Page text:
Tuesday, June 1, 2010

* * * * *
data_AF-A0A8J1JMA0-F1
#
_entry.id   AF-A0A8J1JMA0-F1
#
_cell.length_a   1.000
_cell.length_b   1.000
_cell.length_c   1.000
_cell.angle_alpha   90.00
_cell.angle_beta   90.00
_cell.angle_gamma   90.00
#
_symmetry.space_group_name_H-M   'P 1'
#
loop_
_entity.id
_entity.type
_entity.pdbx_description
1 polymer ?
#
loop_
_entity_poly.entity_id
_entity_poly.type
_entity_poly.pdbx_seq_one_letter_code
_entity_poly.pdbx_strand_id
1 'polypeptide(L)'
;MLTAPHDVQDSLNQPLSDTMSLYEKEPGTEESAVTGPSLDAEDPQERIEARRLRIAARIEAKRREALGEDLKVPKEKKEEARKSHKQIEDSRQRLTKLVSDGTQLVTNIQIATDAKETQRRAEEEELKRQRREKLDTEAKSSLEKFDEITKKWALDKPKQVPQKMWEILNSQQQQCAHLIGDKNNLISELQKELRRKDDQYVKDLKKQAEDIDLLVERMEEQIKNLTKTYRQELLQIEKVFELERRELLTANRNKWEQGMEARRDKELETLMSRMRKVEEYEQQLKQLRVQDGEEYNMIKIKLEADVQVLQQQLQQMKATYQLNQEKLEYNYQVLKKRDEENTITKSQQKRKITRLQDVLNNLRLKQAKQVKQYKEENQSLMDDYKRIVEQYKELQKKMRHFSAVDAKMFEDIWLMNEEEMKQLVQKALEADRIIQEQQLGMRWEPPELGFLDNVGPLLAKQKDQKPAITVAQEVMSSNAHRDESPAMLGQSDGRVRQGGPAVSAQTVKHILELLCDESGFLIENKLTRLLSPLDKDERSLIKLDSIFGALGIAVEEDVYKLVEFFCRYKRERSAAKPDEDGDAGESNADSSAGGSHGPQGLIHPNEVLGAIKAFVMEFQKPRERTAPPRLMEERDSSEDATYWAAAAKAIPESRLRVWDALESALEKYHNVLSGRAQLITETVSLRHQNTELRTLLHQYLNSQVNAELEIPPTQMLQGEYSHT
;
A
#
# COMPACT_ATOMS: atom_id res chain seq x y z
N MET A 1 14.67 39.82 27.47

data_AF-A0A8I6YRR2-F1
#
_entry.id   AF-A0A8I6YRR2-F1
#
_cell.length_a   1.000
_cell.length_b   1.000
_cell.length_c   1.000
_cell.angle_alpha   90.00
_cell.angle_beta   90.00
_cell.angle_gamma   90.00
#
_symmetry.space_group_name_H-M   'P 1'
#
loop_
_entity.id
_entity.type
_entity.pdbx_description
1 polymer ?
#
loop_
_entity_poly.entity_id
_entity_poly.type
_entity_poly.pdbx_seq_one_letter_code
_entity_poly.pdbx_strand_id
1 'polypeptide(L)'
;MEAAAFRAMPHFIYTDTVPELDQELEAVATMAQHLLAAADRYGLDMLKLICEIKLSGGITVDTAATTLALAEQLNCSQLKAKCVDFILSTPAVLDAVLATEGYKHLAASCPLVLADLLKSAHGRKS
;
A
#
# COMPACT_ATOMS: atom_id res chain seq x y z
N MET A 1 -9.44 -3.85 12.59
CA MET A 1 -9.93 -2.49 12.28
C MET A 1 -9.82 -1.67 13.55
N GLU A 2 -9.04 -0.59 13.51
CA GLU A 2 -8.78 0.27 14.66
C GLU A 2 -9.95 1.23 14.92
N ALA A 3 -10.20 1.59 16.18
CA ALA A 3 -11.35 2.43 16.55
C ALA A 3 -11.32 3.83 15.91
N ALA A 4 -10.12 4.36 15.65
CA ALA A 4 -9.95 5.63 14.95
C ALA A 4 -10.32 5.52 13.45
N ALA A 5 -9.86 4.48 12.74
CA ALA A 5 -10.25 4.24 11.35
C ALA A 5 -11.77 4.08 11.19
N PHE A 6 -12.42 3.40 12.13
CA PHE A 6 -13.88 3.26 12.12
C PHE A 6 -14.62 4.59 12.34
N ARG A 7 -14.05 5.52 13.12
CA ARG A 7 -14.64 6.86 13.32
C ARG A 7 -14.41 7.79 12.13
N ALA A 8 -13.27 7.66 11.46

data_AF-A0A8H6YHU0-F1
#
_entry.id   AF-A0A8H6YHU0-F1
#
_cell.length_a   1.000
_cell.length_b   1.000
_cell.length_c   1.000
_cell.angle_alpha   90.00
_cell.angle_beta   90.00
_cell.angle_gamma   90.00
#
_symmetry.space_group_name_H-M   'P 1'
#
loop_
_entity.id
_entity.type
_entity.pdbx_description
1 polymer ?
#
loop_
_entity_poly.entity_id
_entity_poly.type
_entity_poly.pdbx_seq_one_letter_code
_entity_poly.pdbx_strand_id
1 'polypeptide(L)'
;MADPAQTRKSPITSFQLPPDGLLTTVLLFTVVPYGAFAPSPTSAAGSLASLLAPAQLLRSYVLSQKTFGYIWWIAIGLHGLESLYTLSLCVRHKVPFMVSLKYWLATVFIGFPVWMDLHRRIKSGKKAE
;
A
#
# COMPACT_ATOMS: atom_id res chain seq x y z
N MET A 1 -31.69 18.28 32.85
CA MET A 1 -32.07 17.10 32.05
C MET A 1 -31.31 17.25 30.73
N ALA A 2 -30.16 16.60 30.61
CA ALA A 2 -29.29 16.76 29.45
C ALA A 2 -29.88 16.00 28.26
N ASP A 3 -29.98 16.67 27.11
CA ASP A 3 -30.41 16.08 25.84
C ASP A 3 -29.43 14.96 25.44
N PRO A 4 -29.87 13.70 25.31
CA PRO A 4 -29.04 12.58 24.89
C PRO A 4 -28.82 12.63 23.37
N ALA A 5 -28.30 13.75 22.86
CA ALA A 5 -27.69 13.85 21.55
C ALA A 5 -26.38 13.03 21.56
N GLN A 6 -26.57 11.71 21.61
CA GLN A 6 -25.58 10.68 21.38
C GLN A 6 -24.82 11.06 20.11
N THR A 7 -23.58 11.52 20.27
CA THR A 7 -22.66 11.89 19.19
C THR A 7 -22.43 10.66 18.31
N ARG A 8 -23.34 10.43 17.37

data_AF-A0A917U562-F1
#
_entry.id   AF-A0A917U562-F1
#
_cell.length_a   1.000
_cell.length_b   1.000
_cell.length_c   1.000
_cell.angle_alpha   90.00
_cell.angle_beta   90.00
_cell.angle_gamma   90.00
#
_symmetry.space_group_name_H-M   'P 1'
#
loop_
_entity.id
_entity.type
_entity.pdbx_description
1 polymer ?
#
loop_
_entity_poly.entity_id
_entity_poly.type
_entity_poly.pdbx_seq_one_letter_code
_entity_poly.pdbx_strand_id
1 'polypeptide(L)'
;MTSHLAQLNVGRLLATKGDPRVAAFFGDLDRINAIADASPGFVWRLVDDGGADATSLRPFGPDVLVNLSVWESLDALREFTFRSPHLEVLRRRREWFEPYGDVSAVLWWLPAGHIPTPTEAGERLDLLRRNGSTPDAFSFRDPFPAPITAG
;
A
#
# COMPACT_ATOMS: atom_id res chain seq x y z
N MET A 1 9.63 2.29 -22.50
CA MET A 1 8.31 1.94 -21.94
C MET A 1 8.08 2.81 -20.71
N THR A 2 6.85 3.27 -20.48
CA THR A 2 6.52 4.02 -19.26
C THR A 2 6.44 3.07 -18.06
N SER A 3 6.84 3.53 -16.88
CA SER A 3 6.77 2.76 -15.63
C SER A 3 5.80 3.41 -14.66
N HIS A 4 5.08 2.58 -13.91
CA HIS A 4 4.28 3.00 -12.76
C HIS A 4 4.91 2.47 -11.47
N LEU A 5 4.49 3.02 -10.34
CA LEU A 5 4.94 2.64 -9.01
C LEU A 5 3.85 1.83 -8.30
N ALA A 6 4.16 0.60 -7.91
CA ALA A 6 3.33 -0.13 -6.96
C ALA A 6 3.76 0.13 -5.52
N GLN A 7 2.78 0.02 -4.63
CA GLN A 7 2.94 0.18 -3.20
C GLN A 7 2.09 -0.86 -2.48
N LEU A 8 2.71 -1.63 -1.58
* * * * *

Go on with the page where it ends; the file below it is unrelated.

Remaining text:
It had a beak like a parrot, which distinguished it from the emu and has led some to believe it was a carnivore. It had stubby wings and was flightless, but would have been able to run fast on its sturdy legs. It stood over 2M tall and weighed upwards of 500lbs. It was the Genyornis (1st image), an extinct bird endemic to Australia. Fossils of the bird have been found in association with human artifacts, indicating that it co-existed with people for 15,000 years before it died out more than 40,000 years ago, probably due to human activity. But now scientists have recognized it as the bird depicted on the left in what could be Australia's oldest painting - Aboriginal art made with red ochre on the wall of a cave (3rd image). "The details on this painting indicate that it was done by someone who knew the animal very well," says archaeologist Robert Gunn (2nd image). The specifics in the image could not have simply been passed down through oral storytelling. "Either the painting is 40,000 years old, or the Genyornis lived much longer than we thought." The painting was found with others - including a thylacine - on an Aboriginal reserve in the Northern Territory. The age of the image hinges on the identification of the genyornis species, which in turn hinges upon the style and artistic license of the Aboriginal artist(s). Gunn's colleague Bert Roberts says it is about whether they were "the Picassos of their age or the Rembrandts."

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